ACLU Applauds Judge's Latest Order in Anti-Abortion "Wanted Posters" Case

February 26, 1999 12:00 am

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Friday, February 26, 1999

PORTLAND–The American Civil Liberties Union of Oregon said today that a court order issued against anti-abortion activists in the Planned Parenthood “wanted posters” case draws an appropriate line between political speech protected by the First Amendment and threats of physical harm, which fall outside the bounds of free speech.

The Oregon ACLU had filed a friend-of-the-court brief on the First Amendment implications of the injunction, which had been proposed by lawyers for Planned Parenthood and the other abortion providers in the case.

David Fidanque, Executive Director of the ACLU of Oregon, applauded U.S. District Judge Robert E. Jones for limiting the scope of his injunction to future publications by the defendants in the case that are similar to the “wanted posters” which spawned the lawsuit and which are made “with a specific intent to threaten.”

The injunction also bars the defendants from republishing, with specific intent to threaten, the material about these plaintiffs included in the “Nuremberg Files” web site. It does not require the web site to be dismantled, Fidanque noted, nor does it prohibit the dissemination of other material on the web site that has not been found threatening.

“The ACLU has maintained throughout this case that the safety of abortion providers can and should be secured by an appropriately crafted order that does not violate the First Amendment rights of anti-abortion protesters,” Fidanque said. “We believe that the essential element is whether the defendants in this case intended the Ôwanted’ posters they issued to be perceived as threats of physical harm by those who were named in the posters.”

Fidanque noted that in this week’s ruling Judge Jones made a specific finding of fact that the anti-abortion activists did have the necessary “specific intent and malice” to threaten the physical safety of the physicians and clinics and also intended to intimidate them from providing abortions in the future.

“Even after finding a past level of malice by the activist defendants in this case, an injunction designed to prevent them from issuing new threats had to be worded very carefully by the court in order to avoid a chilling effect on political speech protected by the First Amendment,” Fidanque said.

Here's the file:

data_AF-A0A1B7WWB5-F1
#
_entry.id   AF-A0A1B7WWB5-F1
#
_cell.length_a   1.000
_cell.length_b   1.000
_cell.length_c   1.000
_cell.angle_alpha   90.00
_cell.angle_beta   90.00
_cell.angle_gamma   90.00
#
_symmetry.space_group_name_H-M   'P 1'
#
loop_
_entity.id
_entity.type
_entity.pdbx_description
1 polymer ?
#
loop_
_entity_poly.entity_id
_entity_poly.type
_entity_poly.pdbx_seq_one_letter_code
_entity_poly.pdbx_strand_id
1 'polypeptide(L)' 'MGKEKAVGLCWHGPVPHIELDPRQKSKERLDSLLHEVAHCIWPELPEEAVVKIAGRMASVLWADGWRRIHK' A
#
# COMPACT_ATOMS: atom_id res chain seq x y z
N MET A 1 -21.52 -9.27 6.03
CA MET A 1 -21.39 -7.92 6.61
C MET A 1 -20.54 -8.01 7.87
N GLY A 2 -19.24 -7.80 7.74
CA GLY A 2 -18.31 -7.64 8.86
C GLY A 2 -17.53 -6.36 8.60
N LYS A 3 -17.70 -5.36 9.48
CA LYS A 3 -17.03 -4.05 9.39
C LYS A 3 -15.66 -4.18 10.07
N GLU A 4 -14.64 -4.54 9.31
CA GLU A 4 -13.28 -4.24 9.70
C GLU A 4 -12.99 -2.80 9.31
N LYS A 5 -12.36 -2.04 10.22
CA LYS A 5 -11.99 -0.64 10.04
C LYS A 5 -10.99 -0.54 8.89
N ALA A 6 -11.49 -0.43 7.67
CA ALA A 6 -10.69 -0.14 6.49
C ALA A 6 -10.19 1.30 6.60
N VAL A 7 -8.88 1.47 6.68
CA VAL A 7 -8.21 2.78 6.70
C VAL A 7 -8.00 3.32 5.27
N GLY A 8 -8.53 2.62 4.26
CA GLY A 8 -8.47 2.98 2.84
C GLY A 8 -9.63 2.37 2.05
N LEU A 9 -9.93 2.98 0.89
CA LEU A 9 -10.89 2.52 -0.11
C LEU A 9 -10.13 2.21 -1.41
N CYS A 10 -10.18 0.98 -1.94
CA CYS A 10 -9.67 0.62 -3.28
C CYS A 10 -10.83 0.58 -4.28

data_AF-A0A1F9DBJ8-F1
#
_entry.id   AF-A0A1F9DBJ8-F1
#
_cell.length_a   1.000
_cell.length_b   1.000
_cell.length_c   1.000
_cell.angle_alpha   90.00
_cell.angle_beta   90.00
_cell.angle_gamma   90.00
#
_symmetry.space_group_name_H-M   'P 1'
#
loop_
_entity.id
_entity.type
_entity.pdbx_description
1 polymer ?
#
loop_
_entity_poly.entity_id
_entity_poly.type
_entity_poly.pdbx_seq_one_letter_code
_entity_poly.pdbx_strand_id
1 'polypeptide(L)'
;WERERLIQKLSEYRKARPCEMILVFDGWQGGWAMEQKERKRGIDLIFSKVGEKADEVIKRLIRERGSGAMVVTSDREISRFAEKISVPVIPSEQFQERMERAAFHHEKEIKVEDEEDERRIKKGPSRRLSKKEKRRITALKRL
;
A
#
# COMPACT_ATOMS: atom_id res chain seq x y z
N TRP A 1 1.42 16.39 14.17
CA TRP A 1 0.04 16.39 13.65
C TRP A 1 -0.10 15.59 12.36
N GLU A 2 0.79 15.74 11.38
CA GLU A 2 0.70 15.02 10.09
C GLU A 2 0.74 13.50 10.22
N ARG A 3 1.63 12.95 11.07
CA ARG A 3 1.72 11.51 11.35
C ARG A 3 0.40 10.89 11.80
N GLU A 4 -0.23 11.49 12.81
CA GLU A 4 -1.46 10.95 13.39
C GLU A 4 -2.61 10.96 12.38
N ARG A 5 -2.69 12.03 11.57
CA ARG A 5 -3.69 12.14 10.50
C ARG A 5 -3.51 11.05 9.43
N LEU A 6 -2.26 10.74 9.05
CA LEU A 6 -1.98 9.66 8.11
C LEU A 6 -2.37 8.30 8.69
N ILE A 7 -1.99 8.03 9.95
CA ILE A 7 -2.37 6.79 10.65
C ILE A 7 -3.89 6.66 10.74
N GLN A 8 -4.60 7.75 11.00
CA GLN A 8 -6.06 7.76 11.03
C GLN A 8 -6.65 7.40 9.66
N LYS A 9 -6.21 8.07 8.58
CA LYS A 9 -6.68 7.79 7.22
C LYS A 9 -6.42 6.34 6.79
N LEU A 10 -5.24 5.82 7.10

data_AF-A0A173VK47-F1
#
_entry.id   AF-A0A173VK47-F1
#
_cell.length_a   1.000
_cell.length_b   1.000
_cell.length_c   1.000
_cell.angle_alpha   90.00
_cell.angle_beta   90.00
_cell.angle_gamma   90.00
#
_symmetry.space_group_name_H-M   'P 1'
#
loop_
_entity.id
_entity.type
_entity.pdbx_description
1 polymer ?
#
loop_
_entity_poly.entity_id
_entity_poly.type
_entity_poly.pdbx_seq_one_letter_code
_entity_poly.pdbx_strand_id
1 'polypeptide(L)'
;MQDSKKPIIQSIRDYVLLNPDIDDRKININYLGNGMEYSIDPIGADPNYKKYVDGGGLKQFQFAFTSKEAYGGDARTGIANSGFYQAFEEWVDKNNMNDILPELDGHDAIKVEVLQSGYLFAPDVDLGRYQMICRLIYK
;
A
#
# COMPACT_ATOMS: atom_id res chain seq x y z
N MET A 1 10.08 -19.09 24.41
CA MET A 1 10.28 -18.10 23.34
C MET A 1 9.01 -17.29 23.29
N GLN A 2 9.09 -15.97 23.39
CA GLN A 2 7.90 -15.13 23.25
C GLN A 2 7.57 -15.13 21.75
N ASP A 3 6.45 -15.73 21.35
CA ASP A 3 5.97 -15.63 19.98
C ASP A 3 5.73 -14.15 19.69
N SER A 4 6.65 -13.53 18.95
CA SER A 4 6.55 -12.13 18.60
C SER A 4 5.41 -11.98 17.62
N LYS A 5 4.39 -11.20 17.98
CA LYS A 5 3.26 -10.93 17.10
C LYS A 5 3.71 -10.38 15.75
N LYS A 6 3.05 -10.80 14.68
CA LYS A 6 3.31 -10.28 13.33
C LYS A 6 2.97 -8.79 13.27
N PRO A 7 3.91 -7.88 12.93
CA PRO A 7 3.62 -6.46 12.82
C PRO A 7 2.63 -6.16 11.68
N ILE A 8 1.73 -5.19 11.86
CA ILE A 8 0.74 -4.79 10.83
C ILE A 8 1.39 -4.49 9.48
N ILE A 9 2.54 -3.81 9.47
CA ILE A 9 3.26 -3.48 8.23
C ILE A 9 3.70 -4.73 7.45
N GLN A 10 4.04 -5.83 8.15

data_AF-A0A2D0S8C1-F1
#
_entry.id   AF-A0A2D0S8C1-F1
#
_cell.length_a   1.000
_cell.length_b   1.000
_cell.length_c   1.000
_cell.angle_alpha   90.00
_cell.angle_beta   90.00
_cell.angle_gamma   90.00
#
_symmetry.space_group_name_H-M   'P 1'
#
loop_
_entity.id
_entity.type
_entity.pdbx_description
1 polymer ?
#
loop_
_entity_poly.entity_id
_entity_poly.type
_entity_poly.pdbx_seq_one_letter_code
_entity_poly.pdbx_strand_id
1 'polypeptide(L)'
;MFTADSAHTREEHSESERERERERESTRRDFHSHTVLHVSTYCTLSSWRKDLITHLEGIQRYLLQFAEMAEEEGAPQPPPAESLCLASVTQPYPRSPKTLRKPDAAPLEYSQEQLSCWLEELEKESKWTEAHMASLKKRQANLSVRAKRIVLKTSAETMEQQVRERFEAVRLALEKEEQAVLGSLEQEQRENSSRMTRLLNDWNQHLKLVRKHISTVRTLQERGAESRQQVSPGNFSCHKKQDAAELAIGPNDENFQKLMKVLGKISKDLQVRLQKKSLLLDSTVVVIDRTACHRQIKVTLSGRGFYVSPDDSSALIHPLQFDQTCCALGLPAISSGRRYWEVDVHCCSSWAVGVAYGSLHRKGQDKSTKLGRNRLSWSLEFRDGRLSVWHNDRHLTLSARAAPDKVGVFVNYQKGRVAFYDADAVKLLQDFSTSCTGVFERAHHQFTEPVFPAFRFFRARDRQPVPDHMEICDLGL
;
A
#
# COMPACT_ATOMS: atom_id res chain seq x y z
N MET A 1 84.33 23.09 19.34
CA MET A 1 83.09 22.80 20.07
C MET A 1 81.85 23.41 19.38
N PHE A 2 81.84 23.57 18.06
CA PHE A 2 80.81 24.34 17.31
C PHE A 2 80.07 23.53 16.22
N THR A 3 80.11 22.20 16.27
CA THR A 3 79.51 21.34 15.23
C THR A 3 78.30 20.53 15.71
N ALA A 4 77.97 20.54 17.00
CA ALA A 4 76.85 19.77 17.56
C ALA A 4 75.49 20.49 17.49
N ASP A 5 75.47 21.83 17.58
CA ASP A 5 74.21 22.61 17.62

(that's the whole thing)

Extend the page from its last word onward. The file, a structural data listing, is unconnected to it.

“Judge Jones accomplished that by prohibiting only those future statements by defendants that are similar to the posters already found to be threats in this case, and by requiring that such future statements are also made with the intent to threaten the abortion providers.”

Fidanque said that the injunction avoids chilling protected free speech because it covers only the defendants, the plaintiffs, their associates and other persons closely connected to them. He said the ACLU was pleased that the court’s treatment of the “Nuremberg Files” respected the distinction between protected and unprotected speech. In addition, Judge Jones’ injunction properly requires a court hearing before anyone could be arrested for contempt of his order.

“We believe that these limitations in the judge’s order are necessary to avoid chilling the protected free speech rights of these defendants and those of other political activists,” Fidanque said. “At the same time, the injunction provides plaintiffs with appropriate protection against a repetition of defendants’ threats.”

“Defendants continue to enjoy the same First Amendment rights as everyone else,” Fidanque added. “But the First Amendment doesn’t give anyone the right to make threats of physical violence.”

–Read the ACLU’s amicus brief on the injunction at
–Read the ACLU’s previous news releases on the case at:
— Read the ACLU’s original amicus brief at

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